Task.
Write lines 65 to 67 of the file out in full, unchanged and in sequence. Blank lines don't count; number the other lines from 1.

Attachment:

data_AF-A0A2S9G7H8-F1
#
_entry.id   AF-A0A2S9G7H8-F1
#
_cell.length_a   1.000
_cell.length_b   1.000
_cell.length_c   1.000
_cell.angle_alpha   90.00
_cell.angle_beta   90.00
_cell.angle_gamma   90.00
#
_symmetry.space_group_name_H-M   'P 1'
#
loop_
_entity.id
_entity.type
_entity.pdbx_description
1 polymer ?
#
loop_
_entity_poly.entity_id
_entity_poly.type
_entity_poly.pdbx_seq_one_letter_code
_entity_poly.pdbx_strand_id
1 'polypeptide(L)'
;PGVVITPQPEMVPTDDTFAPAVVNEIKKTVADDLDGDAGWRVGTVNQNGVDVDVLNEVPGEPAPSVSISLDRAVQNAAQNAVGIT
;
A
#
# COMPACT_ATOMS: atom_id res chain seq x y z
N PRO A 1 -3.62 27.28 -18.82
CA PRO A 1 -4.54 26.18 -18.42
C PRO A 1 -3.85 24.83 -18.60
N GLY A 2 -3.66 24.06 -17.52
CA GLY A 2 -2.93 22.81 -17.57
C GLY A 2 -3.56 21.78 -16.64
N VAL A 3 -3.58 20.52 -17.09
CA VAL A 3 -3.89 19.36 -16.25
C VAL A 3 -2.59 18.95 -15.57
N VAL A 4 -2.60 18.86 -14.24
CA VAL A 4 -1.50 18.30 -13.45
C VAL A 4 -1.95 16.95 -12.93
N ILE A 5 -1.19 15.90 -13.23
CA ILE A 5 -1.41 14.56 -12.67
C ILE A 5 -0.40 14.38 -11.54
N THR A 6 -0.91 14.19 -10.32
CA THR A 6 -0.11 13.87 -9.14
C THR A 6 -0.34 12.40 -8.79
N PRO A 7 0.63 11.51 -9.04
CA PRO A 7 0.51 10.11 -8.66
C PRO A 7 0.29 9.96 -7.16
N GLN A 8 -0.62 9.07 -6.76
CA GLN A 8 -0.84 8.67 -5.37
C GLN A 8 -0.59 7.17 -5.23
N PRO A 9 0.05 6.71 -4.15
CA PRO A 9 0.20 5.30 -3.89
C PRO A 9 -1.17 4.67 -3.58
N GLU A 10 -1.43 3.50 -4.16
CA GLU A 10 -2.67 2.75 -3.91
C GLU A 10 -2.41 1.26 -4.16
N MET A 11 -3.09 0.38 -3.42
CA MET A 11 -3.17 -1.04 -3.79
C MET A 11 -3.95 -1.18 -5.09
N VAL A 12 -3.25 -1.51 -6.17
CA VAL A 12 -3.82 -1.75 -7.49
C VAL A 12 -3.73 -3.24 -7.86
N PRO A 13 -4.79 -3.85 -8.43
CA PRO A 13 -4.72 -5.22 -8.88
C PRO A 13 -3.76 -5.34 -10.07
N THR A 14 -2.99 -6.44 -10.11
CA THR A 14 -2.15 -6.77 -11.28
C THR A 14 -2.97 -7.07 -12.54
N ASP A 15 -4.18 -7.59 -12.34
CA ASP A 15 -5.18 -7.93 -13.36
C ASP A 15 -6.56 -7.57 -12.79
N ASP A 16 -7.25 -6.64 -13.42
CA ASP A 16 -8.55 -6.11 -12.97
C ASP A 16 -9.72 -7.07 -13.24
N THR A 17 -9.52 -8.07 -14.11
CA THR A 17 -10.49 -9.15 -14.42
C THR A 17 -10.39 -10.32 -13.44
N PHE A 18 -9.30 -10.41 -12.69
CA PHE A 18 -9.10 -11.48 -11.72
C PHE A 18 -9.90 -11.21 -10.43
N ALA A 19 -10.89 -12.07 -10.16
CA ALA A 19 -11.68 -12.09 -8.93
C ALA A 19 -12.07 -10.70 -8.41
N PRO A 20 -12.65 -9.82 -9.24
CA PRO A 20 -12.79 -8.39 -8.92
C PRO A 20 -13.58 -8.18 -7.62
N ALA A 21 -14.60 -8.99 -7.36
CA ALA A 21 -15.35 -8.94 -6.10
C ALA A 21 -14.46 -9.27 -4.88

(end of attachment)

CA VAL A 12 -3.82 -1.75 -7.49
C VAL A 12 -3.73 -3.24 -7.86
N PRO A 13 -4.79 -3.85 -8.43